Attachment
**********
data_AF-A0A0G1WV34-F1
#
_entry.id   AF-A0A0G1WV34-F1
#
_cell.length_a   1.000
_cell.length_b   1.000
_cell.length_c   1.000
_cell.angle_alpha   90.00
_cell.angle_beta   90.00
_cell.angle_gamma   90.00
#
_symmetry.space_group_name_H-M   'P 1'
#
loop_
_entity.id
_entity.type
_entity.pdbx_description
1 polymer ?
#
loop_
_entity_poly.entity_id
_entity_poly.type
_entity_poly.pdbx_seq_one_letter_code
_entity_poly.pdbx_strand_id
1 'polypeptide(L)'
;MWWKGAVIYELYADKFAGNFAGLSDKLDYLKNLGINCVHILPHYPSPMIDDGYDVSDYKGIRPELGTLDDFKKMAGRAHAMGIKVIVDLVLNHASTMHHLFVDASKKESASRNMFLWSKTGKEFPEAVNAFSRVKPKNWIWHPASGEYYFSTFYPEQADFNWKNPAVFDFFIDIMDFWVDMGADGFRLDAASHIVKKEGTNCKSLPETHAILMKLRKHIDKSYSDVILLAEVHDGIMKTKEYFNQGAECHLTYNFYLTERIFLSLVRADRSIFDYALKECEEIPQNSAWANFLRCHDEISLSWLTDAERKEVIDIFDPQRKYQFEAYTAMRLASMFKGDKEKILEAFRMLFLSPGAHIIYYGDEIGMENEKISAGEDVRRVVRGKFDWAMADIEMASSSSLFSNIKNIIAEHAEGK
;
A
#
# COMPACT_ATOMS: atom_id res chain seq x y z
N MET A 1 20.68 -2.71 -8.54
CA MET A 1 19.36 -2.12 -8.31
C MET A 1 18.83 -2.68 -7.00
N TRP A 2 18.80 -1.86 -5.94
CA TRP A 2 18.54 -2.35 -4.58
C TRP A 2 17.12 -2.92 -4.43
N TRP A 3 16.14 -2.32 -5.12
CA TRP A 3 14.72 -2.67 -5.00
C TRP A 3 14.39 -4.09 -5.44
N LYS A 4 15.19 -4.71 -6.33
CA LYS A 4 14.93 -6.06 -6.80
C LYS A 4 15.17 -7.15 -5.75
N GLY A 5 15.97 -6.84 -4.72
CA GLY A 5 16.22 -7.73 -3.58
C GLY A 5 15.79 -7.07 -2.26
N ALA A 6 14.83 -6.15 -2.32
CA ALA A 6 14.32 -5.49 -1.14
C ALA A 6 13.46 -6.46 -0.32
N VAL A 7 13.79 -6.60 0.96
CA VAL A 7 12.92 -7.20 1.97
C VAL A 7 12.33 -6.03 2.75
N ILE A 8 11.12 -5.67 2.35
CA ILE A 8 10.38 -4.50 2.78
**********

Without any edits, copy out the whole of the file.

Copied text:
data_AF-A0A0G1WV34-F1
#
_entry.id   AF-A0A0G1WV34-F1
#
_cell.length_a   1.000
_cell.length_b   1.000
_cell.length_c   1.000
_cell.angle_alpha   90.00
_cell.angle_beta   90.00
_cell.angle_gamma   90.00
#
_symmetry.space_group_name_H-M   'P 1'
#
loop_
_entity.id
_entity.type
_entity.pdbx_description
1 polymer ?
#
loop_
_entity_poly.entity_id
_entity_poly.type
_entity_poly.pdbx_seq_one_letter_code
_entity_poly.pdbx_strand_id
1 'polypeptide(L)'
;MWWKGAVIYELYADKFAGNFAGLSDKLDYLKNLGINCVHILPHYPSPMIDDGYDVSDYKGIRPELGTLDDFKKMAGRAHAMGIKVIVDLVLNHASTMHHLFVDASKKESASRNMFLWSKTGKEFPEAVNAFSRVKPKNWIWHPASGEYYFSTFYPEQADFNWKNPAVFDFFIDIMDFWVDMGADGFRLDAASHIVKKEGTNCKSLPETHAILMKLRKHIDKSYSDVILLAEVHDGIMKTKEYFNQGAECHLTYNFYLTERIFLSLVRADRSIFDYALKECEEIPQNSAWANFLRCHDEISLSWLTDAERKEVIDIFDPQRKYQFEAYTAMRLASMFKGDKEKILEAFRMLFLSPGAHIIYYGDEIGMENEKISAGEDVRRVVRGKFDWAMADIEMASSSSLFSNIKNIIAEHAEGK
;
A
#
# COMPACT_ATOMS: atom_id res chain seq x y z
N MET A 1 20.68 -2.71 -8.54
CA MET A 1 19.36 -2.12 -8.31
C MET A 1 18.83 -2.68 -7.00
N TRP A 2 18.80 -1.86 -5.94
CA TRP A 2 18.54 -2.35 -4.58
C TRP A 2 17.12 -2.92 -4.43
N TRP A 3 16.14 -2.32 -5.12
CA TRP A 3 14.72 -2.67 -5.00
C TRP A 3 14.39 -4.09 -5.44
N LYS A 4 15.19 -4.71 -6.33
CA LYS A 4 14.93 -6.06 -6.80
C LYS A 4 15.17 -7.15 -5.75
N GLY A 5 15.97 -6.84 -4.72
CA GLY A 5 16.22 -7.73 -3.58
C GLY A 5 15.79 -7.07 -2.26
N ALA A 6 14.83 -6.15 -2.32
CA ALA A 6 14.32 -5.49 -1.14
C ALA A 6 13.46 -6.46 -0.32
N VAL A 7 13.79 -6.60 0.96
CA VAL A 7 12.92 -7.20 1.97
C VAL A 7 12.33 -6.03 2.75
N ILE A 8 11.12 -5.67 2.35
CA ILE A 8 10.38 -4.50 2.78